Burns

Background

  • Burn is an injury caused by thermal, chemical, electrical or radiation energy
    • A scald is a burn caused by contact with a hot liquid or steam
  • ~250,000 patients are treated for burns in the UK each year; ~0.1% of these patients will die of burns injury
  • Burns can be classified by
    • Depth
      • Superficial epidermal (previously 1st degree)
        • Red and painful
        • Cap refill blanches and refills quickly
      • Partial thickness (superficial dermal; previously 2nd degree)
        • Pale pink, painful, blistered
        • Cap refill blanches and refills slowly
      • Partial thickness (deep dermal; previously 2nd degree)
        • Typically white but may have patches of non-blanching erythema; reduced sensation
        • Cap refill does not blanch
      • Full thickness (previously 3rd degree)
        • White/brown/black in colour, no blisters, no pain
    • Extent
      • Wallace’s rule of 9’s (each 9%)
        • Head and neck; arm ; anterior leg; posterior leg; anterior chest; posterior chest; anterior abdomen; posterior abdomen
      • Roughly a palm is 1% (although this loses accuracy in burns >15%
      • A Lund and Browder chart is useful (more accurate), particularly in children where body surface proportions differ dramatically from adults
    • Severity
      • Minor
        • Simple erythema or superficial epidermal burns anywhere
        • Superficial dermal burns in a fit 5-60 year old <5% of total body surface area
      • Major
        • Any deep or full thickness burns (or superficial dermal burns >5% of TBSA)

Management

  • Immediate first aid
    • Check area; ABCDE if appropriate
    • If caused by heat:
      • Remove the patient from source (if flames, extinguish by appropriate method); remove clothing/jewellery UNLESS stuck to skin (do not remove anything stuck to skin)
      • Irrigate the burn with cool/tepid water within 20 mins and for 10-30 minutes.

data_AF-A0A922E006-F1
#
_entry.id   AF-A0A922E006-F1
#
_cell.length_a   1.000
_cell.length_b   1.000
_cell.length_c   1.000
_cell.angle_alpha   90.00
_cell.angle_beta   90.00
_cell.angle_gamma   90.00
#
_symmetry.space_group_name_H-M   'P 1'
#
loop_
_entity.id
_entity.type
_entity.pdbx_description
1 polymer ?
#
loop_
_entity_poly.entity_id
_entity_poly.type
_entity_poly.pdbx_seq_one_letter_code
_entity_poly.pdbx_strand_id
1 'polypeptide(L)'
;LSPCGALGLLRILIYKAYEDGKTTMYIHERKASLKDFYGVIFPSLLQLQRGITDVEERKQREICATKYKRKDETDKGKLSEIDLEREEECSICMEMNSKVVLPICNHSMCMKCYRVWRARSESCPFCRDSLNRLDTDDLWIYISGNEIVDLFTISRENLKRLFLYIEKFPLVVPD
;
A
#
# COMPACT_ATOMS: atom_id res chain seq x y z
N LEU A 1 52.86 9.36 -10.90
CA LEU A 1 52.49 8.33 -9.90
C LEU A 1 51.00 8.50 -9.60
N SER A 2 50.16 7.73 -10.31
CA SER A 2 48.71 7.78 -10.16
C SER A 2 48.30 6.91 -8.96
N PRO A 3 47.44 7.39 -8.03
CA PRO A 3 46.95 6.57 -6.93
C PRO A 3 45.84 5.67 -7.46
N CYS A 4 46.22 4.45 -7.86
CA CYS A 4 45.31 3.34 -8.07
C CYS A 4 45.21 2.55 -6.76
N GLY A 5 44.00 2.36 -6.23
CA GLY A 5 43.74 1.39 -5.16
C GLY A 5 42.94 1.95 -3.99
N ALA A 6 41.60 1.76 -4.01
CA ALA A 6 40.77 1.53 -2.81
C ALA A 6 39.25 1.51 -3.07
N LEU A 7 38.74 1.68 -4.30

• Cover the burn with cling film (layers not wrapping) (avoid wet dressings/cream)
      • Offer pain relief, elevate the body part if oedema is present
    • If caused by electricity:
      • Switch off source/remove person from source using a non-conducting material e.g. wood (NB Only if low voltage e.g. household mains; NOT high voltage e.g. supply station)
      • Arrange immediate transfer to A&E (ABCDE as required)
    • If caused by chemicals:
      • Determine the causative agent; remove any affected clothing/brush down the skin (if powder/dry form)
      • Copiously irrigate with cool/tepid water for at least an hour
      • Do NOT attempt to neutralise any chemical (can cause reactive heat generation and further damage)
      • Arrange immediate transfer to A&E
  • Examination/Assesment
    • Ask about mechanism of burn
    • Try and gauge depth and extent of burn, as well as type
      • Use Wallace’s rule of Lund and Browder chart
      • Flash/sun burns are usually superficial epidermal; Scalds are usually superficial epidermal or dermal; Flame or contact burns are commonly deep dermal or full thickness
      • Ask about pain and look at the appearance of the skin (peeling/blistering etc)
    • Consider the possibility of non-accidental injury (pattern of burn)
    • Assess any associated injury e.g. inhalation injury
    • Ask about co-existent medical problems, immunocompromise or pregnancy
  • Consider Referral
    • Major burns
    • Circumferential burns (i.e. encircle a limb)
    • Superficial dermal burns >3% of TBSA in adults and >2% in children; or any superficial dermal burns of the face, hands, feet, perineum, genitalia, flexures (e.g. neck)
    • Associated infection
    • Children <5 and adults >60 (superficial dermal)
    • If wound has not healed within 14 days
  • Non-adhesive dressings are preferred e.g. paraffin gauze
    • Consider TB prophylaxis and/or antibiotic use if there is a risk of TB or infection
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